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Our Provenance

“To plough and sow, to reap and mow, my father bred me early, o.”
ROBERT BURNS

In 1921 Charles and Gilbert (Uncle Bert) Mackenzie purchased Cullisse Farm at Nigg, having previously farmed with their father, Alexander, at Bindal by Portmahomack at the other end of the Fearn peninsula. Charles and Bert farmed Cullisse, Old Shandwick and Broomton farms together for over 50 years, growing oats, barley, potatoes and turnips, as well as rearing sheep and building up a prize winning herd of pedigree Aberdeen Angus Cattle, with family stud names such as Blackbird, Betty Black and Gyspy Fairy, which became world renowned.

Charles and Isobel’s sons, Kenneth and Gregor, inherited the farms in 1974, farming together until 1995 when Gregor, along with his wife Liz and their young family, emigrated to New Zealand to farm in North Canterbury on the South Island.

Kenneth and Elizabeth and their sons – Peter, Robert and Kenneth – now farm Cullisse, Cadboll and Old Shandwick as a family partnership. Kenneth (Snr) and Peter are the day-to-day farmers, taking care of the planting, growing, harvesting and marketing of their crops – which include winter and spring barley (for malting), wheat, oilseed rape (for Robert) and potatoes (for Brunton Farms) - and the rearing of their herd of Limousin/Angus cross suckler cows (the pedigree herd having been sold in the 1980’s).

In 2006 Robert visited a Farm Africa charity project in the small village of Kitui, located a few hours North East of Nairobi in Kenya. Farm Africa had funded the purchase of a cold pressing machine for the community and it was operated by a lady called Tina who demonstrated the simplicity of the cold pressing process by gently crushing sunflower seeds farmed by other members of the community. The dark ‘crude’ oil was filtered through a simple muslin bag producing a delicious, golden oil, which could then be readily used for cooking or sold at the market, providing much needed additional income to help send eager-to-learn children to school.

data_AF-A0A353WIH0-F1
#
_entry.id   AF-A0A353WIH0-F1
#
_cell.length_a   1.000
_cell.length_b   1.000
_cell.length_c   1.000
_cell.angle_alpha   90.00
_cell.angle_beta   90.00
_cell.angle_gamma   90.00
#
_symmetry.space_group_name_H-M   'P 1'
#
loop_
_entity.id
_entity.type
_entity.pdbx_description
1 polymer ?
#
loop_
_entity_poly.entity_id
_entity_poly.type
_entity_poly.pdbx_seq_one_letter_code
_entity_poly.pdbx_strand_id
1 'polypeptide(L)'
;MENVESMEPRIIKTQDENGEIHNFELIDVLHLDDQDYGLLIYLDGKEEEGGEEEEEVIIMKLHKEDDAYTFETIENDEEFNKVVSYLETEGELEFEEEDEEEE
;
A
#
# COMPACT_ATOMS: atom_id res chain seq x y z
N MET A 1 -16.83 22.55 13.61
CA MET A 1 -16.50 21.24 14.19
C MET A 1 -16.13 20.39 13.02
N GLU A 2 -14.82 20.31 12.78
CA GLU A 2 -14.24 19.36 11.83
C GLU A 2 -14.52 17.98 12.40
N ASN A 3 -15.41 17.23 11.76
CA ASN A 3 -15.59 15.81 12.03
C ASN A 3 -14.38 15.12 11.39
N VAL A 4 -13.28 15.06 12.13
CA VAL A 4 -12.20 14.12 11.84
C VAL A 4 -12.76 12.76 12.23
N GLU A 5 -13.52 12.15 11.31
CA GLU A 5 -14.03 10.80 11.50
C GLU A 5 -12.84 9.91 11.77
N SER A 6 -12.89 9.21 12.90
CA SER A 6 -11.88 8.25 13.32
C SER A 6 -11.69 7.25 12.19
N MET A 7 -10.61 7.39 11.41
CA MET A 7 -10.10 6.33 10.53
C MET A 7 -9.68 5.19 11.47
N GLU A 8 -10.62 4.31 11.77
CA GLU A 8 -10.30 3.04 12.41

Robert (who was at the time studying law at the University of Edinburgh after completing a Bachelor of Science in Agriculture degree) was, at that moment, inspired to start cold pressing the rapeseed grown by the family back in Scotland. At the time there were a few producers of cold pressed rapeseed oil in England but the family weren’t entirely convinced by the diversification idea and Robert still had a few more years of legal studies to complete. He kept an eye on the growing market for cold pressed rapeseed oil, but as he began to see more and more producers springing up around the UK and celebrity chefs talking about the great culinary and health benefits of using cold pressed rapeseed oil, he wondered whether he had missed his chance.

Then came the banking crisis and the recession, and with them a dramatic fall in job opportunities within the legal profession. Robert seized the moment and headed back to the farm to set up his cold pressing business and to re-establish “Cullisse” as a name known around the world.